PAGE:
But what does the American public think about some of these key issues? For details on how Americans view climate, energy, and the global economy, we turn to data from the long-running Chicago Council Surveys.
As growing hubs for people, commerce, industry, and transportation, global cities are leading contributors to stresses on the environment. According to UN Habitat, cities cover less than 2 percent of the earth’s surface but produce 60 percent of all greenhouse gas emissions and consume 78 percent of the world’s energy. Half of Americans (50%) say that the US government is not doing enough to deal with the problem of climate change nationally. Three in ten (31%) say the government is doing about the right amount, while two in ten (19%) say it is doing too much.
Despite this, the public overall does not see climate change as a critical threat to US vital interests. Four in ten (38%) say it is important, but not critical, while 35 percent say it is a critical threat. An additional 27 percent say it is not an important threat. This puts the threat of climate change 16th of the 20 threats asked about in the Chicago Council 2014 Survey.
Americans are in favor of international action to combat climate change. Seven in ten Americans (71%) support the US participating in a new international treaty to address climate change by reducing greenhouse gas emissions. Support is even higher among those who say that the government is not doing enough to deal with climate change—92 percent of this group believes that the US should participate. Conversely, 80 percent of people who say the government is doing too much oppose US participation in the treaty.
Globalization and the Global Economy
The forum will discuss the ways in which the world’s most powerful cities serve as economic engines of the twenty-first century and how global cities are positioned as hubs of trade and commerce. Meanwhile, Chicago Council public opinion data reveals how Americans view globalization and the global economy more broadly.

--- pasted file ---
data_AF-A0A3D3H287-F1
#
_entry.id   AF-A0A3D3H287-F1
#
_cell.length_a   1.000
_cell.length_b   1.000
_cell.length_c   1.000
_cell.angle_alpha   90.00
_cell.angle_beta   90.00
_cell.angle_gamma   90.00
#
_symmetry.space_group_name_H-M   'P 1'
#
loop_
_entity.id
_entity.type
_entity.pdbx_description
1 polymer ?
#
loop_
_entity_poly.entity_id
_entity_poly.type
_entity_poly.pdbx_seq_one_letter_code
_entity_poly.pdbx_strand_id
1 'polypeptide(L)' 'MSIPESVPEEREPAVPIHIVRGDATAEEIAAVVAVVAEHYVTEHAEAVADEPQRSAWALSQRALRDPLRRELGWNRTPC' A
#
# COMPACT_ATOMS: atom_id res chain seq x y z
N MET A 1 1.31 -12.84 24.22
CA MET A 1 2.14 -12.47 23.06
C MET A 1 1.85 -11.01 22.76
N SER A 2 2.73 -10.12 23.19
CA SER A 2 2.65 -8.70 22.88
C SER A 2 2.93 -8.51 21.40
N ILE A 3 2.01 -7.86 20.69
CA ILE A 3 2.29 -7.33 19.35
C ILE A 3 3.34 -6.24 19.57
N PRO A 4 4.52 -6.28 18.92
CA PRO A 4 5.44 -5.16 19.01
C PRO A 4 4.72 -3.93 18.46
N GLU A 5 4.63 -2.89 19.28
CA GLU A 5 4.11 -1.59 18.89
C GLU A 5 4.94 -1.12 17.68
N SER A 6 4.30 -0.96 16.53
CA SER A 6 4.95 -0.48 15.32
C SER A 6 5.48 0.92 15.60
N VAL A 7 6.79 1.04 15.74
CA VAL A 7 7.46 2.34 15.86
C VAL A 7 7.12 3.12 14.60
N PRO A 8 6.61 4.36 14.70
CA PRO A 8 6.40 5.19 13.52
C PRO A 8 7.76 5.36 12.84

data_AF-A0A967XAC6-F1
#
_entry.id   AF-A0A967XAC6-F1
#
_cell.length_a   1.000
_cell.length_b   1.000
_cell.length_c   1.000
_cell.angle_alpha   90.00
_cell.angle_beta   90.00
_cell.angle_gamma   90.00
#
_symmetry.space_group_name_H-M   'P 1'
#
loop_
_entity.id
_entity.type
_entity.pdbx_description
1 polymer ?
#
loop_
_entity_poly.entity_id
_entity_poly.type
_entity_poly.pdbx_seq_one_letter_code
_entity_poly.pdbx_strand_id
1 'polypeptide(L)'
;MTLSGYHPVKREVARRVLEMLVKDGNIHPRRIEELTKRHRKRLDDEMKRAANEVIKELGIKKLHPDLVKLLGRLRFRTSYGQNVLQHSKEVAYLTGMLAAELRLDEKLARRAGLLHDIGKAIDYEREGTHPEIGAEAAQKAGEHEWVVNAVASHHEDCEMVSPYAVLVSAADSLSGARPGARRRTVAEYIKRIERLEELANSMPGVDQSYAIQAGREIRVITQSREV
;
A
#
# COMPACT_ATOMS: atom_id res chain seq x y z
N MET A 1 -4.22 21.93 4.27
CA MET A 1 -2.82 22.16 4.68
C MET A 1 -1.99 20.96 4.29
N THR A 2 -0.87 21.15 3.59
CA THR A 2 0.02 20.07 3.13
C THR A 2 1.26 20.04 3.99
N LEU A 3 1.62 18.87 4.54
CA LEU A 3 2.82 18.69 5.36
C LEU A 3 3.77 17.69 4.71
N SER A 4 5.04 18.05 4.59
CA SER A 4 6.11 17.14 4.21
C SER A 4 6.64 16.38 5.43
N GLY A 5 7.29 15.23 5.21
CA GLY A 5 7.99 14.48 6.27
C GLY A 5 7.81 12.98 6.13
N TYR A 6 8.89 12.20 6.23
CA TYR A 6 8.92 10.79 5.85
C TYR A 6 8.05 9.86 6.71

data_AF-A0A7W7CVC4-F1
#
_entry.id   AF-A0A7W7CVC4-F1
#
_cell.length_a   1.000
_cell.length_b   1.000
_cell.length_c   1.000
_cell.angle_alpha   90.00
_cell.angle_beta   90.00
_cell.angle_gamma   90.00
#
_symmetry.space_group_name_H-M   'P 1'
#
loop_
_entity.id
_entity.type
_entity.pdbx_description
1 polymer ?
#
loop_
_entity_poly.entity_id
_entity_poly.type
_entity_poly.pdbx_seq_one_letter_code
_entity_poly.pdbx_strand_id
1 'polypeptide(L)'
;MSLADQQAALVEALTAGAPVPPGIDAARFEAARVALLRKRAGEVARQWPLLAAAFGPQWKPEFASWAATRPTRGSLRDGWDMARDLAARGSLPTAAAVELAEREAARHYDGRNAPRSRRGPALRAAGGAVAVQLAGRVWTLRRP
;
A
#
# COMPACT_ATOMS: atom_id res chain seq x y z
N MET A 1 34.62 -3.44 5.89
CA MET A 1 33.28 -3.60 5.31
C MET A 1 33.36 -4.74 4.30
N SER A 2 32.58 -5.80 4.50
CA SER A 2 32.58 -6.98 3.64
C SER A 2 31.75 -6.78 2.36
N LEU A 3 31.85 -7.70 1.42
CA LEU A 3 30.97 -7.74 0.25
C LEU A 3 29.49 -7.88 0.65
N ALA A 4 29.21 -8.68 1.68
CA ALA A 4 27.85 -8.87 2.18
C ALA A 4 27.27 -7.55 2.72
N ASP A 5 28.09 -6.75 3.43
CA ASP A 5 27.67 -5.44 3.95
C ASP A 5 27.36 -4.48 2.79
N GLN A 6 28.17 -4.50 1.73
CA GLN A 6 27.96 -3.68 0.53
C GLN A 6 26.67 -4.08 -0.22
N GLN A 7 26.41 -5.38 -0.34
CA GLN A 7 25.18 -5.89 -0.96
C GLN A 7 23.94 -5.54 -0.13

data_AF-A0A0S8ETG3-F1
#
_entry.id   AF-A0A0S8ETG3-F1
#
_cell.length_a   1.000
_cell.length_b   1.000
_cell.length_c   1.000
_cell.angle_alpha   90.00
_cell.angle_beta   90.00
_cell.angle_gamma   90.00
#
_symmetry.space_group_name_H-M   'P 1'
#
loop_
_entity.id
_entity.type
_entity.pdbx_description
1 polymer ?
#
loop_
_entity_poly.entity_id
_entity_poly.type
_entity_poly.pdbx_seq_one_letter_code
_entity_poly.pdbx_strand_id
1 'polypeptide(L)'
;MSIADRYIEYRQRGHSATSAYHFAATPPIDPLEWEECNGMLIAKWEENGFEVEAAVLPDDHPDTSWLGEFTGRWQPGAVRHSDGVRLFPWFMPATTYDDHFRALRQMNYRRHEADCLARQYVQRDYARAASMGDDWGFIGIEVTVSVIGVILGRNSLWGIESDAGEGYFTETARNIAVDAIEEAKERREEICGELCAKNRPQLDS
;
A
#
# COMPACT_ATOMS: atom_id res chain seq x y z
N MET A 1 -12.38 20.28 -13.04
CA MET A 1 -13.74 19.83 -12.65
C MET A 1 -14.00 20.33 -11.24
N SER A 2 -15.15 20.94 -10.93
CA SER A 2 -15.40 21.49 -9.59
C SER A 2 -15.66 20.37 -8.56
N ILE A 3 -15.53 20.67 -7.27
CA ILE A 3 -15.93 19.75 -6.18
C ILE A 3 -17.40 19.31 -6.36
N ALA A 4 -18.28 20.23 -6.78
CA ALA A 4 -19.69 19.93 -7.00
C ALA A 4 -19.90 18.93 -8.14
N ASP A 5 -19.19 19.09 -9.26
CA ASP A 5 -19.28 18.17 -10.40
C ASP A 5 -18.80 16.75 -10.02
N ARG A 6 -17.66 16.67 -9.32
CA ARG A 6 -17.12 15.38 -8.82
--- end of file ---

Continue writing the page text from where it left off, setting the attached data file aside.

Americans believe economic strength (77%) is more important than military strength (23%) to a nation’s power and influence in the world, and seven in ten (72%, up 5 points since 2012) say that signing free trade agreements is an effective means to achieve foreign policy objectives.
Americans also express broad support for globalization and free trade. As the US economy continues to recover from the largest global economic collapse since the 1930s, public views on globalization have returned to 2004 levels. Two out of three Americans say that globalization is mostly a good thing (65% vs. 34% bad thing), the highest recorded percentage to feel this way since the question was first asked in 1998.
Asked about trade agreements specifically, half the public (50%) favors agreements to lower trade barriers provided the government has programs to help workers who lose their jobs. Another 14 percent favor trade agreements but oppose the governments’ programs to help workers who lose their jobs. One in three (31%) opposes agreements to lower trade barriers regardless of programs to help the unemployed, the lowest proportion yet. Since this question was first asked in 2004, opinion has been quite stable, with a plurality of Americans (between 43% and 50%) supporting trade agreements with a provision for the unemployed.
This general support for trade agreements is reflected in more specific situations. Majorities of Americans support both of the two far-reaching trade agreements that the United States is currently pursuing. Six in ten Americans support the Trans-Atlantic Trade and Investment Partnership (TTIP) with Europe (62%, 29% oppose). A similar proportion support the Trans-Pacific Partnership (TPP) being negotiated among a dozen Pacific Rim countries (63%, 31% oppose). Public support for these agreements is impressive given that the text of these agreements has been neither completed nor publicized. This suggests that public backing of these agreements is based on broad support for the idea of trade agreements rather than knowledge of the specifics.
Finally, the Chicago Forum on Global Cities will discuss how many of the world’s global cities were designed centuries ago and need to adapt their antiquated infrastructure to meet twenty-first century needs. One of their greatest challenges will be supplying increased energy options with fewer resources. So what do Americans think about energy sources and the US reliance on foreign supplies?
Americans have long considered securing adequate supplies of energy a top goal for US foreign policy. In the 2014 Chicago Council Survey, two-thirds of Americans (66%) deem it a very important goal, second only to protecting the jobs of American workers. Going back decades to the first Chicago Council Survey in 1974, majorities have consistently deemed securing energy supplies a very important goal. In addition, three in four (74%) say that reducing US dependence on foreign oil is a very important goal.